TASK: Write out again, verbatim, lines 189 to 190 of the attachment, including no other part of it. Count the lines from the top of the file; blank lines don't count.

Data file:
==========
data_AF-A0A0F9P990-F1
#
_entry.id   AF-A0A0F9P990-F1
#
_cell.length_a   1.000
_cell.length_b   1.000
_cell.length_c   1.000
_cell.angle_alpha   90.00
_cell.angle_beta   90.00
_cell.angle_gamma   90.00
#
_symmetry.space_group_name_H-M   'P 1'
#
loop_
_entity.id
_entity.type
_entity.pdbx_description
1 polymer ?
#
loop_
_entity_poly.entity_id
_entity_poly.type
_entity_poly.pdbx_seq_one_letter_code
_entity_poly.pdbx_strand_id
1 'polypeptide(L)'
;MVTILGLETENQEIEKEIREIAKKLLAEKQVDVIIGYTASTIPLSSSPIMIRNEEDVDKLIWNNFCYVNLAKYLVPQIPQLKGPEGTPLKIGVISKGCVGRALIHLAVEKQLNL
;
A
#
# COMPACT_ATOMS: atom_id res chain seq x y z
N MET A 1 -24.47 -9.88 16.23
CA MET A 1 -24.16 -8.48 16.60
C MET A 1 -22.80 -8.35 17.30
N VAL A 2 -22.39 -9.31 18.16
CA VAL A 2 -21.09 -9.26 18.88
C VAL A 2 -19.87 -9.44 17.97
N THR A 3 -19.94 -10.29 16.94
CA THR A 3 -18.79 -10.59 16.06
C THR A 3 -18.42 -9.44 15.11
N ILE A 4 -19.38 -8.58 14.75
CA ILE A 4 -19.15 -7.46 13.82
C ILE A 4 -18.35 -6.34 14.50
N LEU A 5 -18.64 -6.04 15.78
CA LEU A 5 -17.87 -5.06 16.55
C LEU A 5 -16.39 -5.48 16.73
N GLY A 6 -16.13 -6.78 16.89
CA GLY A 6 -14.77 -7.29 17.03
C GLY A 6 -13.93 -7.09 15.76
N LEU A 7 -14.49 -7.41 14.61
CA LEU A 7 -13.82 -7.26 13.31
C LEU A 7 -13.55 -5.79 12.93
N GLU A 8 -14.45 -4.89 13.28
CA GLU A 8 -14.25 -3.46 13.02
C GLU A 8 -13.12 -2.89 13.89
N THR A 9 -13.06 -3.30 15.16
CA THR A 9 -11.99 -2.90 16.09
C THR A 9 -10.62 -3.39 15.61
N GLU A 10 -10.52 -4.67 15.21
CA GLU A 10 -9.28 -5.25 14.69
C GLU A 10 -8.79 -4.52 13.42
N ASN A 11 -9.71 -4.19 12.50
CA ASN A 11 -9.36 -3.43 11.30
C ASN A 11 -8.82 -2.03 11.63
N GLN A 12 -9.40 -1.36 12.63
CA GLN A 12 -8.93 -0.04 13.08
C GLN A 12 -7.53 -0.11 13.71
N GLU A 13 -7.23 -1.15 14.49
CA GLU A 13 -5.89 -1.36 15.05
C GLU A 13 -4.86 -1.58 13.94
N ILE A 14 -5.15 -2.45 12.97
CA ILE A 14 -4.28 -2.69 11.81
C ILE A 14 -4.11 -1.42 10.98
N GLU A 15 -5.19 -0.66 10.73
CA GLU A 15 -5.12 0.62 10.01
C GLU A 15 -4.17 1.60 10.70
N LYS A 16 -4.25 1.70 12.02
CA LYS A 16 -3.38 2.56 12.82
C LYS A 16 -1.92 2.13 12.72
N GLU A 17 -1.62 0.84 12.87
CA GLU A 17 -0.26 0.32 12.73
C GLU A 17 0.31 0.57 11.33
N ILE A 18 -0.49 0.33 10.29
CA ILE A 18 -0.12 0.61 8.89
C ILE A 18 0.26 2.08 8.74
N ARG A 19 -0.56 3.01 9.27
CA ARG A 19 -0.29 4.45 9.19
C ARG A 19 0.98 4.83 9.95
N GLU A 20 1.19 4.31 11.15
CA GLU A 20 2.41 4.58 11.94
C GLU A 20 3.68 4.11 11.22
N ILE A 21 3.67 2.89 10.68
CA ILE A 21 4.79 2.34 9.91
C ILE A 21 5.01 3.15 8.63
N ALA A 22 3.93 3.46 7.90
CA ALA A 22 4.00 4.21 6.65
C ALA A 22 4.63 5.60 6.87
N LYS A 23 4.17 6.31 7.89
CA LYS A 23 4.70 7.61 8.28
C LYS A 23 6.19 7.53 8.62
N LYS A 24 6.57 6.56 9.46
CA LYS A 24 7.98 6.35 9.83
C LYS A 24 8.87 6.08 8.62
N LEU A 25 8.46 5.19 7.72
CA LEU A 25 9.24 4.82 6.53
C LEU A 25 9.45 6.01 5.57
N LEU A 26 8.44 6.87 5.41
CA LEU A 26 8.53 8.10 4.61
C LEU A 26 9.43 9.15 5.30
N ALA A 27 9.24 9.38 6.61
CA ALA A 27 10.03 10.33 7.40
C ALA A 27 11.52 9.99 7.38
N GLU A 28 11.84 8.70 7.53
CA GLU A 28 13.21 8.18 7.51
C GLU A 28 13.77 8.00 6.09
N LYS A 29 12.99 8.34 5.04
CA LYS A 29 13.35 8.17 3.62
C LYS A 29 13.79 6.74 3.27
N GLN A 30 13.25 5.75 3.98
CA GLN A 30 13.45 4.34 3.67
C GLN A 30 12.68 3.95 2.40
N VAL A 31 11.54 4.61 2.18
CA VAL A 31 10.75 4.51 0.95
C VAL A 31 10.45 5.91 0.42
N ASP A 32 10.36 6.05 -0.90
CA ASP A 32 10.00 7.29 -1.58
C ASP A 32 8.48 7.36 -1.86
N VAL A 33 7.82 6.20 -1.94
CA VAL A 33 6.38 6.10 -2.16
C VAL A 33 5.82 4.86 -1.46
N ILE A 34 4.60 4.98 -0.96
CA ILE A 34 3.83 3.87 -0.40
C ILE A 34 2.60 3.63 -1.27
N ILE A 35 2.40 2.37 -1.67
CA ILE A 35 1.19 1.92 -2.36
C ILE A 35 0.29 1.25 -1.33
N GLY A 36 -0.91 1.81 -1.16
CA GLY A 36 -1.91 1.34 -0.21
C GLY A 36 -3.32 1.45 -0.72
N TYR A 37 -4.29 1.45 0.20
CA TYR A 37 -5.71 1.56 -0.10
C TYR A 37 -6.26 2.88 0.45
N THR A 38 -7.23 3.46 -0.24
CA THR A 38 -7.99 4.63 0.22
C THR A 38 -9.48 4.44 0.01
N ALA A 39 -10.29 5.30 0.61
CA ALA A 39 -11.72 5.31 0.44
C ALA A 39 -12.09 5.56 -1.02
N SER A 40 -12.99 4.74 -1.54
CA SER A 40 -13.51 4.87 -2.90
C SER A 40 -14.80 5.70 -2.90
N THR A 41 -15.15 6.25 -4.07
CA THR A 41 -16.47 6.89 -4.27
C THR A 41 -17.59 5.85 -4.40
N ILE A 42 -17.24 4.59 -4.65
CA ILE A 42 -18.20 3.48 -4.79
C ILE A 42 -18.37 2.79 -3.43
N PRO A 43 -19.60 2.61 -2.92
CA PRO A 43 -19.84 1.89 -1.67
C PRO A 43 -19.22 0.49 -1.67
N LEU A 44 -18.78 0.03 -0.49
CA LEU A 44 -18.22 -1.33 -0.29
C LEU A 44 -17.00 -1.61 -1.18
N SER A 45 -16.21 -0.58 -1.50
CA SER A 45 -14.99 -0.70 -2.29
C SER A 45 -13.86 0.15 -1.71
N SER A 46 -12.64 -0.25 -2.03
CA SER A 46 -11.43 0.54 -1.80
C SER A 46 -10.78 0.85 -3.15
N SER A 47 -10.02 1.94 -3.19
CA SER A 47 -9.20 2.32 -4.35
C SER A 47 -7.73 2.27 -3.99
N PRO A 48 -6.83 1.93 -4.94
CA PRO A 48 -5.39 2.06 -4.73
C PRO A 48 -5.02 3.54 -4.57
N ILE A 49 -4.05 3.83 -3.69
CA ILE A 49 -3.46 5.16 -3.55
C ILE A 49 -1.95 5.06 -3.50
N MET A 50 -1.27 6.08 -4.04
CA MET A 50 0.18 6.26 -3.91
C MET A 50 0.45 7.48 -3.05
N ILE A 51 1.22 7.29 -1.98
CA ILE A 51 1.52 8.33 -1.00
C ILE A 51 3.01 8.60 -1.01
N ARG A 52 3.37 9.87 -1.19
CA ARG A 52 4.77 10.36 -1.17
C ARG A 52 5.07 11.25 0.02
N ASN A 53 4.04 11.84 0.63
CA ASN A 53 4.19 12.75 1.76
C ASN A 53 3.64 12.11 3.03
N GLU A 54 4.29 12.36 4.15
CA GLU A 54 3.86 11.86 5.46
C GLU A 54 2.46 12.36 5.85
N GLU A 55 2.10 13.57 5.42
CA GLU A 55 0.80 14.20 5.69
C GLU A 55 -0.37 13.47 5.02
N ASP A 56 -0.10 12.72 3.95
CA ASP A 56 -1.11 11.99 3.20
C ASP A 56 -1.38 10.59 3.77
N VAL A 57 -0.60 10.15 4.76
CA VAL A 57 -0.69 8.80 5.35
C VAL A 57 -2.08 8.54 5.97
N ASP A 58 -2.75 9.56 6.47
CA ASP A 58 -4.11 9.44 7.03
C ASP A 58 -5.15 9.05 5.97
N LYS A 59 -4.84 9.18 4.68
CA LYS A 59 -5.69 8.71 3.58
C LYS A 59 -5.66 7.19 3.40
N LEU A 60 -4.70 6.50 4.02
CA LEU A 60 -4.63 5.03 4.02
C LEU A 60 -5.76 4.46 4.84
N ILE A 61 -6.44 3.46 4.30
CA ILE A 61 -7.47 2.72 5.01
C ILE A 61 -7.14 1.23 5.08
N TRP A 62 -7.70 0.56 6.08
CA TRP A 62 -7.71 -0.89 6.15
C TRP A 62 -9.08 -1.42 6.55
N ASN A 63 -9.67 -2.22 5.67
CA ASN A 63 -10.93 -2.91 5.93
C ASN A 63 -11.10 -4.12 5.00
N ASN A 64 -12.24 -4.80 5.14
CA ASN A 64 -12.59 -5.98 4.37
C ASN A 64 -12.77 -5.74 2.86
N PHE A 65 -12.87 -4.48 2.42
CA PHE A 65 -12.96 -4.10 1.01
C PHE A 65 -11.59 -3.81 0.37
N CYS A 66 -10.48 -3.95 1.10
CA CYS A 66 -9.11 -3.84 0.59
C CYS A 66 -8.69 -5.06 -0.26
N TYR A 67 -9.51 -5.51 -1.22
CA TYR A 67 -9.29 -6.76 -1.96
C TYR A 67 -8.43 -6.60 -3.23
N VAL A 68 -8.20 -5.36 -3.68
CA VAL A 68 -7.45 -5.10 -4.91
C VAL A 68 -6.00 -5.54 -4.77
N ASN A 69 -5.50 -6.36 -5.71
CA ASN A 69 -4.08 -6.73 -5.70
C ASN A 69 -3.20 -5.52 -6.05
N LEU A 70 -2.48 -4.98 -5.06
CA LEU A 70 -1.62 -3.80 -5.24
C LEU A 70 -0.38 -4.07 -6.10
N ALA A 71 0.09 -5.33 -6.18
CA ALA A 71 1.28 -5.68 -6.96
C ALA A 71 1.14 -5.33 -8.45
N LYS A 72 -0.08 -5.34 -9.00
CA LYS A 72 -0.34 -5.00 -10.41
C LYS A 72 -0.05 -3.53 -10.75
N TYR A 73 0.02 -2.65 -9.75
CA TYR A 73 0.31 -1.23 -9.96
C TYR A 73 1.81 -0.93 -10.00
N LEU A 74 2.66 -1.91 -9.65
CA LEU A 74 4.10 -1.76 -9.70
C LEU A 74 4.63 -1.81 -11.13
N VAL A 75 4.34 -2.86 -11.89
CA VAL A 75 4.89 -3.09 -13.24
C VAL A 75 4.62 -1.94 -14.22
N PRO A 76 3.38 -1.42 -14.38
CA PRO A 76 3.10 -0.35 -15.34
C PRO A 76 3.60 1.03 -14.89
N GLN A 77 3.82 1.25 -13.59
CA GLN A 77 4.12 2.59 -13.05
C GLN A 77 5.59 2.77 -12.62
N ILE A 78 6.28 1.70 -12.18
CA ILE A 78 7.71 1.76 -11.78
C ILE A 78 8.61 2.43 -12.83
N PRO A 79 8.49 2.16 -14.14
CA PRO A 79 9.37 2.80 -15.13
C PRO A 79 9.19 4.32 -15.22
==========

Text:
C ASN A 53 3.64 12.11 3.03
N GLU A 54 4.29 12.36 4.15